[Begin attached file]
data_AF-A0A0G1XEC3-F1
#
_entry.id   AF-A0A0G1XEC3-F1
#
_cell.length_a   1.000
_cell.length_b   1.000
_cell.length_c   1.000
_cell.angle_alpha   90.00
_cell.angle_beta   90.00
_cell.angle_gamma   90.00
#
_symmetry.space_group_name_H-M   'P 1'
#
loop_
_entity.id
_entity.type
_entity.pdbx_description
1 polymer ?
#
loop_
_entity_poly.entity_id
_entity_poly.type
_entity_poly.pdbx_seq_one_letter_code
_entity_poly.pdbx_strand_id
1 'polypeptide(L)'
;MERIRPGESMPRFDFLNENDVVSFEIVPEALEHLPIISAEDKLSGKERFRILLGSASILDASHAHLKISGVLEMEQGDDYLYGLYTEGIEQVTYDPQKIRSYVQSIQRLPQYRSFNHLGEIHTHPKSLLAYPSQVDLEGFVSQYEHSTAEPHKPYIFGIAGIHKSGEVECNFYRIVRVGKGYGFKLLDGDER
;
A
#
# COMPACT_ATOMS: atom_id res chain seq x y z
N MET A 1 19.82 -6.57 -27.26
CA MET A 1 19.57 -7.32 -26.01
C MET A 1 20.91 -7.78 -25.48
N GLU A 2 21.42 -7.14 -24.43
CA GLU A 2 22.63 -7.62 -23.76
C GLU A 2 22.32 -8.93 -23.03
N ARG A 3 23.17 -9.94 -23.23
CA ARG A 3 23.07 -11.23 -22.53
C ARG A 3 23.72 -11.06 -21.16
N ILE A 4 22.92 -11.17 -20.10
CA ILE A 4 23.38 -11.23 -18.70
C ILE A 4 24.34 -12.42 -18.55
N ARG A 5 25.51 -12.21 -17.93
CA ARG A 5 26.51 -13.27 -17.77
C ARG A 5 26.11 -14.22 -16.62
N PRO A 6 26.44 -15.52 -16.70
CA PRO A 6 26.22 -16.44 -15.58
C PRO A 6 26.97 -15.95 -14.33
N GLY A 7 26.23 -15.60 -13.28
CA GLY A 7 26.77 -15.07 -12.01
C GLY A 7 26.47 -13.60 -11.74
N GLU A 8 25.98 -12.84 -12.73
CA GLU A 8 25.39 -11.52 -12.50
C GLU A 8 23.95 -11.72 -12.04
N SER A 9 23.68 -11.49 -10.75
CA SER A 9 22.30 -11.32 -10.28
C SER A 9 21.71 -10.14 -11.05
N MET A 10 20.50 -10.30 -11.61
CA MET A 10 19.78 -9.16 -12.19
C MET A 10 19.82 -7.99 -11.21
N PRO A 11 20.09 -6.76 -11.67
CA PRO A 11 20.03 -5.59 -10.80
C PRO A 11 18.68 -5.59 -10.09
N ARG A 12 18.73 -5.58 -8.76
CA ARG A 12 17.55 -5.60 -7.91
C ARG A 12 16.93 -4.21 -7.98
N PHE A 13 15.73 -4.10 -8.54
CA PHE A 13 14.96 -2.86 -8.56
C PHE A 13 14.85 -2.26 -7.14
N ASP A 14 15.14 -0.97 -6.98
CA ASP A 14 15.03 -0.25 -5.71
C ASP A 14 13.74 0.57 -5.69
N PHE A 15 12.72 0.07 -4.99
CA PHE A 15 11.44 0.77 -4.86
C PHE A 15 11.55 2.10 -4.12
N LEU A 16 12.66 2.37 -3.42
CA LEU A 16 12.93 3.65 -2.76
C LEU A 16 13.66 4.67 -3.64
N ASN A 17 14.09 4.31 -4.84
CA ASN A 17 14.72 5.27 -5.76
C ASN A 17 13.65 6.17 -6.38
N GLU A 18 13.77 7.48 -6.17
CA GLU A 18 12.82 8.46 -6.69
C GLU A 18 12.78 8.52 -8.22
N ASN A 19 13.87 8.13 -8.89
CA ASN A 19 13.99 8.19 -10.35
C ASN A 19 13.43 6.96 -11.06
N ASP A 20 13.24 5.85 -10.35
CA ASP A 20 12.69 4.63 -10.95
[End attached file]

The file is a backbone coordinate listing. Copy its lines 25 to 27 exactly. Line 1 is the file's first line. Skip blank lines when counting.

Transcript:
1 'polypeptide(L)'
;MERIRPGESMPRFDFLNENDVVSFEIVPEALEHLPIISAEDKLSGKERFRILLGSASILDASHAHLKISGVLEMEQGDDYLYGLYTEGIEQVTYDPQKIRSYVQSIQRLPQYRSFNHLGEIHTHPKSLLAYPSQVDLEGFVSQYEHSTAEPHKPYIFGIAGIHKSGEVECNFYRIVRVGKGYGFKLLDGDER
;